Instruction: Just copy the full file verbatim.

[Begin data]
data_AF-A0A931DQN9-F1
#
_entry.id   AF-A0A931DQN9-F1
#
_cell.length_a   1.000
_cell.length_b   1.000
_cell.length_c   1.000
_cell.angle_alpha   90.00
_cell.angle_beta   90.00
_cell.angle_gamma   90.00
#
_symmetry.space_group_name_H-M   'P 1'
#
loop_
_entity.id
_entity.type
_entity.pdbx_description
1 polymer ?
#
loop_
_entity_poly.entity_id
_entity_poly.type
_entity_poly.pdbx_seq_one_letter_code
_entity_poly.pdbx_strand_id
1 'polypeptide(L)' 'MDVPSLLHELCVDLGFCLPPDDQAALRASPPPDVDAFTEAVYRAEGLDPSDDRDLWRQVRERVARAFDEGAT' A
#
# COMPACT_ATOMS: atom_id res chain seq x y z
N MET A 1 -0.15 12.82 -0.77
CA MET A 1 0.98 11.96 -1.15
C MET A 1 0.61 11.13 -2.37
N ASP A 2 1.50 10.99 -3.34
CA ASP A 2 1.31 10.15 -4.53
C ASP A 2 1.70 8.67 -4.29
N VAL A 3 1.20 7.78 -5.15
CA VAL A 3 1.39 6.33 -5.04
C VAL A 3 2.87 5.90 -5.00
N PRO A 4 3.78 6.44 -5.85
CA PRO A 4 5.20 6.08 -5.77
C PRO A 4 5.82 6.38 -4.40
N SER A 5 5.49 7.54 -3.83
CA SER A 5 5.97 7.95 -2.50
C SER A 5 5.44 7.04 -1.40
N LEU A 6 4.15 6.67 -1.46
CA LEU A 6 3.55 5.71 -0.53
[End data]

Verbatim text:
data_AF-A0A931DQN9-F1
#
_entry.id   AF-A0A931DQN9-F1
#
_cell.length_a   1.000
_cell.length_b   1.000
_cell.length_c   1.000
_cell.angle_alpha   90.00
_cell.angle_beta   90.00
_cell.angle_gamma   90.00
#
_symmetry.space_group_name_H-M   'P 1'
#
loop_
_entity.id
_entity.type
_entity.pdbx_description
1 polymer ?
#
loop_
_entity_poly.entity_id
_entity_poly.type
_entity_poly.pdbx_seq_one_letter_code
_entity_poly.pdbx_strand_id
1 'polypeptide(L)' 'MDVPSLLHELCVDLGFCLPPDDQAALRASPPPDVDAFTEAVYRAEGLDPSDDRDLWRQVRERVARAFDEGAT' A
#
# COMPACT_ATOMS: atom_id res chain seq x y z
N MET A 1 -0.15 12.82 -0.77
CA MET A 1 0.98 11.96 -1.15
C MET A 1 0.61 11.13 -2.37
N ASP A 2 1.50 10.99 -3.34
CA ASP A 2 1.31 10.15 -4.53
C ASP A 2 1.70 8.67 -4.29
N VAL A 3 1.20 7.78 -5.15
CA VAL A 3 1.39 6.33 -5.04
C VAL A 3 2.87 5.90 -5.00
N PRO A 4 3.78 6.44 -5.85
CA PRO A 4 5.20 6.08 -5.77
C PRO A 4 5.82 6.38 -4.40
N SER A 5 5.49 7.54 -3.83
CA SER A 5 5.97 7.95 -2.50
C SER A 5 5.44 7.04 -1.40
N LEU A 6 4.15 6.67 -1.46
CA LEU A 6 3.55 5.71 -0.53